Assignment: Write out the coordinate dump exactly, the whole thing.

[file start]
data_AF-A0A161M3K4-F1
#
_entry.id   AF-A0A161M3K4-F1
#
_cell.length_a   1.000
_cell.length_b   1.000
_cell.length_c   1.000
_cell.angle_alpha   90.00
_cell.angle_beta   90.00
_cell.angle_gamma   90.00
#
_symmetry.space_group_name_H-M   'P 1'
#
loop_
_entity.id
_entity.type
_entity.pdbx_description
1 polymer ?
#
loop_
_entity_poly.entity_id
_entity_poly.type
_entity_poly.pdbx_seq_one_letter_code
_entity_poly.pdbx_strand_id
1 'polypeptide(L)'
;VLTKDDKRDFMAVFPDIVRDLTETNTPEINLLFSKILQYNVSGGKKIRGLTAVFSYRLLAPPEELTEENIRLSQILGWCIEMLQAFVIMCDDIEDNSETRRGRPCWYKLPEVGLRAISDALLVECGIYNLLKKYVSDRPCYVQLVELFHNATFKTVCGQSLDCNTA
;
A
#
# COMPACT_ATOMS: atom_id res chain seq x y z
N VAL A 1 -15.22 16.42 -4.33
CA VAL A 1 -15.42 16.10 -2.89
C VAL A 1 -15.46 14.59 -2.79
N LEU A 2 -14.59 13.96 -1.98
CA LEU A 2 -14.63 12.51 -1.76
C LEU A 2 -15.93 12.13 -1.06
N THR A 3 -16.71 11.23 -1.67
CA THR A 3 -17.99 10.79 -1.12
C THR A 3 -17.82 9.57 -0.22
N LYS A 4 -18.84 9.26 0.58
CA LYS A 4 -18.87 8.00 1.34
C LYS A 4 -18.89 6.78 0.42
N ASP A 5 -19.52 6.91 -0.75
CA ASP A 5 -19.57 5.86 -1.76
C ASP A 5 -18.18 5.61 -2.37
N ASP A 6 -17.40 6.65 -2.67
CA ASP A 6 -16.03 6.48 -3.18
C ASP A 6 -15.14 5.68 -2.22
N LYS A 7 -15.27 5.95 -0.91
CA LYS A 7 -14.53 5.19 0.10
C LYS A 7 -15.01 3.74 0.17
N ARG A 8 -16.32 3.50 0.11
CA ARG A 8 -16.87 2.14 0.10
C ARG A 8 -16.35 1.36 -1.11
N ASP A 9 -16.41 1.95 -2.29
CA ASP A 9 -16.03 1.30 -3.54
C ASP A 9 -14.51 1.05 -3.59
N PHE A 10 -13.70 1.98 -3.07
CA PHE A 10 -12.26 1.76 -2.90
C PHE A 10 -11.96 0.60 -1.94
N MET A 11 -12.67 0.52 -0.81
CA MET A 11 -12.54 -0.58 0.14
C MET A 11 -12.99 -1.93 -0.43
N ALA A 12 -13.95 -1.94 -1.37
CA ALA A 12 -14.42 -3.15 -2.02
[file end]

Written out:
data_AF-A0A161M3K4-F1
#
_entry.id   AF-A0A161M3K4-F1
#
_cell.length_a   1.000
_cell.length_b   1.000
_cell.length_c   1.000
_cell.angle_alpha   90.00
_cell.angle_beta   90.00
_cell.angle_gamma   90.00
#
_symmetry.space_group_name_H-M   'P 1'
#
loop_
_entity.id
_entity.type
_entity.pdbx_description
1 polymer ?
#
loop_
_entity_poly.entity_id
_entity_poly.type
_entity_poly.pdbx_seq_one_letter_code
_entity_poly.pdbx_strand_id
1 'polypeptide(L)'
;VLTKDDKRDFMAVFPDIVRDLTETNTPEINLLFSKILQYNVSGGKKIRGLTAVFSYRLLAPPEELTEENIRLSQILGWCIEMLQAFVIMCDDIEDNSETRRGRPCWYKLPEVGLRAISDALLVECGIYNLLKKYVSDRPCYVQLVELFHNATFKTVCGQSLDCNTA
;
A
#
# COMPACT_ATOMS: atom_id res chain seq x y z
N VAL A 1 -15.22 16.42 -4.33
CA VAL A 1 -15.42 16.10 -2.89
C VAL A 1 -15.46 14.59 -2.79
N LEU A 2 -14.59 13.96 -1.98
CA LEU A 2 -14.63 12.51 -1.76
C LEU A 2 -15.93 12.13 -1.06
N THR A 3 -16.71 11.23 -1.67
CA THR A 3 -17.99 10.79 -1.12
C THR A 3 -17.82 9.57 -0.22
N LYS A 4 -18.84 9.26 0.58
CA LYS A 4 -18.87 8.00 1.34
C LYS A 4 -18.89 6.78 0.42
N ASP A 5 -19.52 6.91 -0.75
CA ASP A 5 -19.57 5.86 -1.76
C ASP A 5 -18.18 5.61 -2.37
N ASP A 6 -17.40 6.65 -2.67
CA ASP A 6 -16.03 6.48 -3.18
C ASP A 6 -15.14 5.68 -2.22
N LYS A 7 -15.27 5.95 -0.91
CA LYS A 7 -14.53 5.19 0.10
C LYS A 7 -15.01 3.74 0.17
N ARG A 8 -16.32 3.50 0.11
CA ARG A 8 -16.87 2.14 0.10
C ARG A 8 -16.35 1.36 -1.11
N ASP A 9 -16.41 1.95 -2.29
CA ASP A 9 -16.03 1.30 -3.54
C ASP A 9 -14.51 1.05 -3.59
N PHE A 10 -13.70 1.98 -3.07
CA PHE A 10 -12.26 1.76 -2.90
C PHE A 10 -11.96 0.60 -1.94
N MET A 11 -12.67 0.52 -0.81
CA MET A 11 -12.54 -0.58 0.14
C MET A 11 -12.99 -1.93 -0.43
N ALA A 12 -13.95 -1.94 -1.37
CA ALA A 12 -14.42 -3.15 -2.02